In 2019, I had the privilege of attending a basketball workshop at Larkin Community College as part of the Irish Jr. NBA Festival of Basketball. Dutch NBA champion Francisco Elson was the special guest at an event spearheaded by Basketball Ireland and Michael Darragh MacAuley's North East Inner City Basketball Academy. We were in the heart of the Dublin city centre. There were about 50 kids there of all creeds and colour, boys and girls. It was amazing to witness the power of basketball.
Diversity and inclusivity are aspirational goals for most organisations in contemporary Irish life. But, for Irish basketball, diversity and inclusivity are core principles.
This spirit is fostered at grassroots level, but also has been cultivated by the people who run basketball in Ireland. It's no surprise that basketball is the fastest growing sport in this country.
Basketball has had a long-standing role in assisting a multicultural Ireland. At the heyday of Irish basketball in the 1980s and 1990s, African-Americans like Kelvin Troy were more than just basketball players in their communities. They opened people's minds to the world outside of Ireland.
All of this contributes to the profound disappointment and genuine fury that many people in the Irish basketball community feel in the wake of Basketball Ireland CEO Bernard O'Byrne's deleted Facebook comment about Raheem Sterling.
O'Byrne posted 'BLACK DIVES MATTER!!!' on a BBC News Facebook post about Wednesday's England-Denmark game where Raheem Sterling won a penalty in controversial circumstances.
The comment has made international news and has been widely condemned on social media, both inside and outside Irish basketball. A number of high profile personalities in Irish basketball have tweeted their disgust at the remark.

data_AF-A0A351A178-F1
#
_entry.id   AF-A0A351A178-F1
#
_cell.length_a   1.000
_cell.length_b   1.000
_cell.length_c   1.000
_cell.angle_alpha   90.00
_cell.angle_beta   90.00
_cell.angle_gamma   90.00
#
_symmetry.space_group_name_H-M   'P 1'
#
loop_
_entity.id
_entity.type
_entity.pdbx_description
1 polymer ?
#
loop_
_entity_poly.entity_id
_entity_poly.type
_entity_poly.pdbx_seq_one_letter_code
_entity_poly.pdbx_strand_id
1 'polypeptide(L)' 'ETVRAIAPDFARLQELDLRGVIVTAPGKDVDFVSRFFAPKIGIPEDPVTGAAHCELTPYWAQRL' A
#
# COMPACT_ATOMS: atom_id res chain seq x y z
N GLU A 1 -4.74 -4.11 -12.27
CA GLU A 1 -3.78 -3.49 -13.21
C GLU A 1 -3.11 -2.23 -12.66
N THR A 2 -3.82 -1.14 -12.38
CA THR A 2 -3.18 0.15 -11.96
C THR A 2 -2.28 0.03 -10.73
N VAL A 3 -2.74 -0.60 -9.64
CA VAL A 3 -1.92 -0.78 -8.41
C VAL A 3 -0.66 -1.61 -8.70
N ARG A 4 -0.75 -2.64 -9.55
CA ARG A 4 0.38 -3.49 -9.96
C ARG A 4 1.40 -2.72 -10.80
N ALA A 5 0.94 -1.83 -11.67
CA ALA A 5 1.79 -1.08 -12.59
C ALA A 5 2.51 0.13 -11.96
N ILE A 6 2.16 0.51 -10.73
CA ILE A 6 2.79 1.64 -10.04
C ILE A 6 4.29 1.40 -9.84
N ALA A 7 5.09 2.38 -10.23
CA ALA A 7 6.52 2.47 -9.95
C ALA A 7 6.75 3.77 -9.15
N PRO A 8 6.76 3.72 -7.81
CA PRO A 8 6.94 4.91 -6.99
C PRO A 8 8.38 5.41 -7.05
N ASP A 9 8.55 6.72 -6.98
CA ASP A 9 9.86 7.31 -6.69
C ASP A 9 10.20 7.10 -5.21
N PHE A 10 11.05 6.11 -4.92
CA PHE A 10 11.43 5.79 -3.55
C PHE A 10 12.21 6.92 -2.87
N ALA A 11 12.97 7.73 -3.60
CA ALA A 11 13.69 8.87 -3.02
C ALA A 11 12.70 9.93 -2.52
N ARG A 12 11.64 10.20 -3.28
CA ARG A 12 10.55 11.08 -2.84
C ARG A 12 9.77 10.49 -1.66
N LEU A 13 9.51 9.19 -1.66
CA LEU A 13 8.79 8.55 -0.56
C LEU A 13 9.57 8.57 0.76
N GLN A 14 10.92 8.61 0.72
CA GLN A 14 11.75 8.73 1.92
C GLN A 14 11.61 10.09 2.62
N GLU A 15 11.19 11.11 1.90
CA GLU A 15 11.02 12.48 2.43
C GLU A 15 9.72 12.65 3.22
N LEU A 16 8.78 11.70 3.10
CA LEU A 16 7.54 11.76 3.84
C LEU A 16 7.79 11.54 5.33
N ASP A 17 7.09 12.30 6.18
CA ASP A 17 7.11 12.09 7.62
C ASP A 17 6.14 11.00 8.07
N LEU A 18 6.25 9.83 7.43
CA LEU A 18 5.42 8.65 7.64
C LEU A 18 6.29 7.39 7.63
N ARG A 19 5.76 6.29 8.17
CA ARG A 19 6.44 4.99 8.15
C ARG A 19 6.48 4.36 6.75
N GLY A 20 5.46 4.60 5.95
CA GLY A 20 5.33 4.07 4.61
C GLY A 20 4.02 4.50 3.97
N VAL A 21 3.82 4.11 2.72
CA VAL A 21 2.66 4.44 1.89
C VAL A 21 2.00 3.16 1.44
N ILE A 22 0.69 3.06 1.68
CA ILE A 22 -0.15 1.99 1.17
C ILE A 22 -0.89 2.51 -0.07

I am disappointed by the remarks of the CEO of @BballIrl and I can firmly say that his remarks does not represent how the basketball community feels in regards of race and diversity. I am not writing this to promote hate towards Bernard O’Byrne, but to educate him on his diction.
— Aidan Harris Igiehon (@aidanigiehon) July 9, 2021
Late Thursday, O'Byrne issued a terse apology via Basketball Ireland's website. It read:
"My choice of words commenting on a penalty incident were not thought out. It was an error of judgement and I wholeheartly apologise for the comments."
Friday afternoon, Hillary Nets told RTÉ he'd 'stepped off' Basketball Ireland's diversity committee because of the comment and was highly critical of O'Byrne's apology.
"I don't really accept the apology to be honest. I think we deserve a lot more than just what was said.
"I think a more public statement from himself there has to be some sort of consequence for the actions that were taken.
"For example, if it was a player or a coach or a member of our community that made those exact comments there would be consequences for their action there would be something.
"A panel would be brought forward, something would happen."
On Friday evening, the board of Basketball Ireland issued a statement saying an 'internal investigation' into the matter is 'ongoing'.
"We are fully aware of the gravity of the situation. We cannot comment on our ongoing internal investigation and would urge patience while this is completed.”
Despite the outcry on social media, it seems thus far that O'Byrne doesn't feel he needs to resign over the deleted comment. Whatever was meant by three word comment, it's clear he failed the organisation he leads this week. Judging by the angry and hurt response that's followed, one wonders how he'll ever be able to restore the credibility he's lost. Whatever action the board decides to take from here, it's imperative that it finds a way to publically reaffirm its commitment to diversity, for the sake of all of the people who've worked tirelessly to make Irish basketball a force for positive change and togetherness in this country.